(Los Angeles Times)  -  Gov. Jerry Brown on Saturday vetoed a bill spearheaded by Laguna Beach Councilman Bob Whalen that would have required the state to identify areas most at risk of wildfires caused by overhead utility wires.

SB 1463, authored by state Sen. John Moorlach (R-Costa Mesa), also would have required the California Public Utilities Commission and the state Department of Forestry and Fire Protection, or Cal Fire, to identify steps that cities must take to prevent fires from overhead electrical equipment, according to the bill.

In a written statement explaining his decision, Brown said a process that began in May 2015 with the utilities commission and Cal Fire is already in place for addressing issues present in SB 1463. The two groups examine fire-threat maps and fire safety regulations on areas with overhead utilities facilities, he wrote.

"Clearly, this is a major disappointment to the city and the other cities and counties that had stepped forward to endorse the bill," Whalen said in a statement. "This bill would have provided important direction to the [commission] in its current regulatory process concerning fire safety and overhead utility lines."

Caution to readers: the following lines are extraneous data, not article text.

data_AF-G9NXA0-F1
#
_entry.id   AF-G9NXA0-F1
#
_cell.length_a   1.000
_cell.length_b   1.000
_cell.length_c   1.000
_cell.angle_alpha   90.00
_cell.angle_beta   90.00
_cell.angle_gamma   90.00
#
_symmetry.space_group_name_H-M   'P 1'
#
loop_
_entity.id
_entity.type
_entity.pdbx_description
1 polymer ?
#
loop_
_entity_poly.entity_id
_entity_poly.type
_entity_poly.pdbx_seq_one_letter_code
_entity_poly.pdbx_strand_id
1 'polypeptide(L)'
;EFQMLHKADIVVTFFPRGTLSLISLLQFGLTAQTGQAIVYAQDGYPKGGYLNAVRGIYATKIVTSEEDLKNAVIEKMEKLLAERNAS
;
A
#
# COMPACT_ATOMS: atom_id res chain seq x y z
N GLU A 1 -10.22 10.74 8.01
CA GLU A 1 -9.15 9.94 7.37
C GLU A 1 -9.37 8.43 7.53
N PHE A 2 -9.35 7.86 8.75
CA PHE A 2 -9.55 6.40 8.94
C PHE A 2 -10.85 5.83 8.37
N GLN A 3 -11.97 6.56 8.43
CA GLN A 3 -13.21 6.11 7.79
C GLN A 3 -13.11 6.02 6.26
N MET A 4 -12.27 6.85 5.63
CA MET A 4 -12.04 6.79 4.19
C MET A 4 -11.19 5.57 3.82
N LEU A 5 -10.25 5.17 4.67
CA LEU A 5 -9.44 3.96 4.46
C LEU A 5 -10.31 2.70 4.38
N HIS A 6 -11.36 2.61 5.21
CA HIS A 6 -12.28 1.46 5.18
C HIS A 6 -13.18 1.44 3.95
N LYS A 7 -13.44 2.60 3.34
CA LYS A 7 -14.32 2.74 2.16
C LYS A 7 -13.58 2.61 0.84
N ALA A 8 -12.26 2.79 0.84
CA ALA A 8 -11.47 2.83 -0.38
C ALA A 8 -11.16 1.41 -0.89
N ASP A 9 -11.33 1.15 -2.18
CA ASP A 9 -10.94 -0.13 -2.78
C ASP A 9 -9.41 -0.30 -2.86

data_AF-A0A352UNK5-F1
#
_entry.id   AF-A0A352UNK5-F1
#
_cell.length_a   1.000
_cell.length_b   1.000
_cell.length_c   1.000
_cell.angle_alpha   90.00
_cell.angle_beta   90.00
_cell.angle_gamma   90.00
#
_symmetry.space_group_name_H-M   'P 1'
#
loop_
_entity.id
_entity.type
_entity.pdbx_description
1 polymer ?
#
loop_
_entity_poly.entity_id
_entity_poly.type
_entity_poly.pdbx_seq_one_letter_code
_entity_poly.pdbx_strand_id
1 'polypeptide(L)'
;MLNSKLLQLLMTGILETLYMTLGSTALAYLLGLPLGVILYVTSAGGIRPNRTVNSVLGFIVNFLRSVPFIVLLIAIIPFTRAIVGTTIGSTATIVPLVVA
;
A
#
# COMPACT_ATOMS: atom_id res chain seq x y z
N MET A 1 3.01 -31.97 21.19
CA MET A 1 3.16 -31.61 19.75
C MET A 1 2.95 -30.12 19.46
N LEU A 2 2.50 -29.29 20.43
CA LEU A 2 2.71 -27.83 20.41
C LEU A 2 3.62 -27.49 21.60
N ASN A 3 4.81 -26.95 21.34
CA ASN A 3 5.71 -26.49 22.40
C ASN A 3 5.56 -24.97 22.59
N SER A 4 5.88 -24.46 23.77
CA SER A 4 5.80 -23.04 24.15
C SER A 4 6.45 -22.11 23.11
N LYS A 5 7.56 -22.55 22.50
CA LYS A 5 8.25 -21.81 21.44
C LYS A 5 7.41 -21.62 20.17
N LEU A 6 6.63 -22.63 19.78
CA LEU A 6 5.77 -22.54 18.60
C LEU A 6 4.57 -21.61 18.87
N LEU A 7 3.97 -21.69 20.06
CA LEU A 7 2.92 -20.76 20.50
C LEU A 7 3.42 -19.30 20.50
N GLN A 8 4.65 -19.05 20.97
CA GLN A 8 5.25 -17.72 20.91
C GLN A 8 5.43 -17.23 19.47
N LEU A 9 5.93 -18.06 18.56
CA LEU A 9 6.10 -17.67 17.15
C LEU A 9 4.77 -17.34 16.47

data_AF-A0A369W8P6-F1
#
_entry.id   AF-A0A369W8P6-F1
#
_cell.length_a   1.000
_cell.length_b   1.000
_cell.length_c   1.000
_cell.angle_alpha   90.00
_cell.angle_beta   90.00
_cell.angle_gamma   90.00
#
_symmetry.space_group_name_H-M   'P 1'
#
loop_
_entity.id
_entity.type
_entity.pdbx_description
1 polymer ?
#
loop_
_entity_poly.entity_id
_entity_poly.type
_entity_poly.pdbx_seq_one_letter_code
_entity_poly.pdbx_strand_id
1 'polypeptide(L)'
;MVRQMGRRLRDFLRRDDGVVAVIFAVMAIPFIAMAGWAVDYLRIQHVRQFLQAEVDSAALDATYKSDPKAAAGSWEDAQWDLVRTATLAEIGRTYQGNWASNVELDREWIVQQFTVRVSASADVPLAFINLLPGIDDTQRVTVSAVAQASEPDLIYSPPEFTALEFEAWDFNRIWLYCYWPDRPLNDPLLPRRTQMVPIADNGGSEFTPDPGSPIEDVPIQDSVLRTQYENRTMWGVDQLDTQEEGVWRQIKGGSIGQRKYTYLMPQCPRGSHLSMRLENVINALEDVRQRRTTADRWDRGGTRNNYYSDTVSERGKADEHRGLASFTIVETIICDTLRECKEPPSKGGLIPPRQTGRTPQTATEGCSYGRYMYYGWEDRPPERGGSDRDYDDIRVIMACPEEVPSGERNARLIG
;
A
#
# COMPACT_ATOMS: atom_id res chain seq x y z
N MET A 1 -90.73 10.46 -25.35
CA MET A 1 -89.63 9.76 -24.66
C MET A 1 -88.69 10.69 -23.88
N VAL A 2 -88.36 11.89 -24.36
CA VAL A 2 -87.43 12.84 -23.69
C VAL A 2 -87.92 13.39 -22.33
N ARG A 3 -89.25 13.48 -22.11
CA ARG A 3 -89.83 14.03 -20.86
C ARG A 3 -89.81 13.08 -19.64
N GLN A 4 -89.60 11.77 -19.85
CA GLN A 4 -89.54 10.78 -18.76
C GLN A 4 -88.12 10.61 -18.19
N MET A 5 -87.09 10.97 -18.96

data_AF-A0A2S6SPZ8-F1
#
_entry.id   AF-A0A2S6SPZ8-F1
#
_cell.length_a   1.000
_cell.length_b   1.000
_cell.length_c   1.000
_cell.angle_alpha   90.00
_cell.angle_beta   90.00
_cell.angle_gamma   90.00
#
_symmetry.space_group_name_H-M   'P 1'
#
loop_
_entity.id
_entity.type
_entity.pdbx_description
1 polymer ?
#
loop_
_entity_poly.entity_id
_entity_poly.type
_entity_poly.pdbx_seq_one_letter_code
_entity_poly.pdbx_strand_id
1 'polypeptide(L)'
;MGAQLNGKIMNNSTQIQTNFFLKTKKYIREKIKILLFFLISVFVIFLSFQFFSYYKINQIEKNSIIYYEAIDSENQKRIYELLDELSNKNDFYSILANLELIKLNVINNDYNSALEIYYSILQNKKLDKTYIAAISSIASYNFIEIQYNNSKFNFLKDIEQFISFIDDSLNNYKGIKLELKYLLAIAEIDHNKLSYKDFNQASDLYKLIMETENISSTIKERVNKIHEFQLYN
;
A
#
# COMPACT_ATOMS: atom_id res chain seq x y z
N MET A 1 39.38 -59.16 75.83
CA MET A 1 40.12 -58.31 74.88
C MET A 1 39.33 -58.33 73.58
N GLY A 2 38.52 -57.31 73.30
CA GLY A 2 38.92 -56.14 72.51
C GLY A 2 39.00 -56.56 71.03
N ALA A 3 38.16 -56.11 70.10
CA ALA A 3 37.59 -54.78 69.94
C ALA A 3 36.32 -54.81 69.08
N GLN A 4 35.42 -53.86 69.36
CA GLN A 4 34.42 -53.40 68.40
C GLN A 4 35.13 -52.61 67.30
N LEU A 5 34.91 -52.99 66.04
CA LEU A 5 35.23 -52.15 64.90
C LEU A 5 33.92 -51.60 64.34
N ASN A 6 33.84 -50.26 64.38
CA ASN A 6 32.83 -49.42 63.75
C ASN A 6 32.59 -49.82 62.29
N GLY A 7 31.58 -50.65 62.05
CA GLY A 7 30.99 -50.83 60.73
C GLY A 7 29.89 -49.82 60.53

Los Angeles Times

Friday, October 19, 2018

Why Are We Voting on Cage-Free Eggs and Dialysis Funding?


The other day I was thumbing through California’s official voter information guide to read up on some of the propositions that we’ll be voting on in November.  This year, we’ll decide 12 statewide propositions, plus numerous local and county measures.

In general, I believe direct democracy is the only way that hard-working Californians can go around an out-of-touch Legislature to try and enact fiscally responsible policies.  For example, overtaxed Californians would never get the chance to vote on the gas tax absent the people’s right to referendum.

But looking over this year’s propositions, it makes you wonder if things really have gone too far and it’s time to rein things in.
Consider these questionable measures on the November ballot:
  • Proposition 7 would give the California Legislature the ability to change the state’s observance of daylight savings time by a two-thirds vote.
  • Proposition 8 would regulate what private kidney dialysis clinics must spend on outpatient care.
  • Under Proposition 11, “private ambulance companies could continue their current practice of having emergency medical technicians (EMTs) and paramedics stay on-duty during their meal and rest breaks in order to respond to 911 calls.”
  • Proposition 12 would establish new requirement for confining certain farm animals, and prohibit the sale of meat, eggs, and poultry that don’t comply with the new requirements.